Updated 12:30 p.m.
Izzat Rahman immigrated to Philly from his native Malaysia back in 2009 to attend Temple’s Fox School of Business. He majored in entrepreneurship and management information systems, and on the side, fixed bicycles for cheap out of his North Philly basement.
As part of his capstone project, Rahman drafted a plan he thought was genius: a hybrid business model incorporating bicycle repairs and organic coffee. It was so good, he thought, that he had high hopes when he submitted to Fox’s annual business plan competition.
And then… Rahman lost. Evidently, business experts at the time didn’t see the same brilliance in his idea.
But he didn’t lose focus. And after he graduated — though he had little money and almost no practical experience — he followed through on the idea.
In June 2012, Kayuh Bicycles and Cafe opened, brightening the corner of 19th Street and Girard Avenue.
Since then, other coffee/bike shop combos have popped up, like Fishtown’s Bikes and Beans — but Kayuh was definitely one of the first in Philadelphia.
And as his business has evolved, it’s become unique in more ways than one. Located in the heart of the rapidly developing Francisville neighborhood, it accomplishes a challenging goal: it brings together newer residents with longtime community members.
In Philadelphia, this is perhaps the most daunting task for neighborhood businesses. So how did Rahman do it? A combination of community events, company culture and good coffee.
“Businesses are about a transactional relationship,” Rahman said. “With us, obviously it’s transactional, but there’s a lot more than that. We try to make that connection.”
It feels like ‘home’
Plop a bicycle repair shop that doubles as an organic coffee place in the middle of a gentrifying neighborhood, and there’s a stereotypical scenario that comes to mind: The cafe-shop would be patronized by the younger, whiter residents and present itself as a sign of hostile development to the older neighbors.
Not so for Kayuh Bicycles and Cafe, according to community residents.
In Francisville, Larry Kane goes by the nickname “Pops.” He’s been in the neighborhood close to 40 years, and he’s so devoted to the community’s success that he’s dubbed himself “the mayor of Francisville.” You can recognize him by his favorite shirt, which reads: “Like Pops say, I’ll knock you the fuck out.”
Kane, 61, visits Kayuh every day of the week, and he said the shop is hardly hostile to older residents. Plus, it helps him meet the younger residents who have grown to populate his community.
“Everybody who comes in here is friendly,” Kane said. “I ain’t never had anybody come in here and disrespect me. The employees, they treat you like you should, like you’re at home. They welcome you in here.”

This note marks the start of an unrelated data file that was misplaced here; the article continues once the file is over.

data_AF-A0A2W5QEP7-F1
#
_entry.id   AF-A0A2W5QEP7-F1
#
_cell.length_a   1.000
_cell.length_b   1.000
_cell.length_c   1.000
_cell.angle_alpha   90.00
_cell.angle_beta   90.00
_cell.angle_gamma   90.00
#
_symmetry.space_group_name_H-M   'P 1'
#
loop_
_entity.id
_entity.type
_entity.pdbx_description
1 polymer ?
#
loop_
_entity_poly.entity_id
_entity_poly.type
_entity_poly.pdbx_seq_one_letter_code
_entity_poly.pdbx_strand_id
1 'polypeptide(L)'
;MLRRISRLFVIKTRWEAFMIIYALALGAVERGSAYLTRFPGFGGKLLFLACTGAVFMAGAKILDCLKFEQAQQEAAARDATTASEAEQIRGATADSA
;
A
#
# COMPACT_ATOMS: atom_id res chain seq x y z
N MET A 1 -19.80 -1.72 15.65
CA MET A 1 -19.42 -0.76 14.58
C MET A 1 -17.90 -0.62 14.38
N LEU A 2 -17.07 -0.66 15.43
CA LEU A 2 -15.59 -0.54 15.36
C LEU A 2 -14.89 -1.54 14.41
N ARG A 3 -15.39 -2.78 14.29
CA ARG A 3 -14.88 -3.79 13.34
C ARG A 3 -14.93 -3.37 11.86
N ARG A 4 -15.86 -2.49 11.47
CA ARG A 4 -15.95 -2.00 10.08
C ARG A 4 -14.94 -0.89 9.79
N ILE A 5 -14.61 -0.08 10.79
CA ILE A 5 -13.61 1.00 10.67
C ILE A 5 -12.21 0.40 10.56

By Kane’s estimation, his fellow long-time neighbors feel the same way about the shop. He often meets them there for breakfast outside, and he loves attending the regular community events. Kane isn’t a huge biker, but the coffee got him in the door.
“Ain’t no spots around here to get a nice cup of coffee, an iced tea, a smoothie,” Kane said. “You have to walk so far.”
“But now, you can just stand on the corner, waiting for the bus, and drink a cup of coffee,” he added. “Don’t no coffee taste better than this. It’s the best coffee in the neighborhood.”
‘The glue that brings people together’
As a Malaysian immigrant, Rahman always wanted to create an inclusive company, one that brought people of different cultures together.
Fittingly, before he officially entered the bike repairs biz, he thought it needed a little more togetherness.
“Bicycle shops need to portray themselves as neighborhood hubs you can go to,” he remembers thinking, “instead of a place where you just drop off your bike.”
Once he combined bicycle repairs with local coffee and baked goods, he said the community engagement came naturally. “There’s two different businesses,” Rahman explained, “so they get that vibe that it’s unique.”
Plus, he thinks his status as an immigrant helps neighbors feel welcome there.
But that’s not to say Rahman doesn’t work at inclusion. He hosts free community events on a monthly basis, including:
- Free bicycle repair clinics every second Wednesday of the month (they charge for parts, but not labor)
- Open mic nights
- Spoken word poetry events
- Music performances
- A speaker series, inviting local business owners to come in and share their ideas with the neighborhood
- Group bike rides
Through events, Rahman said, he hopes his business can be “the glue that brings people together” in Francisville. And if it gets people to ride their bikes more often, that’s just gravy.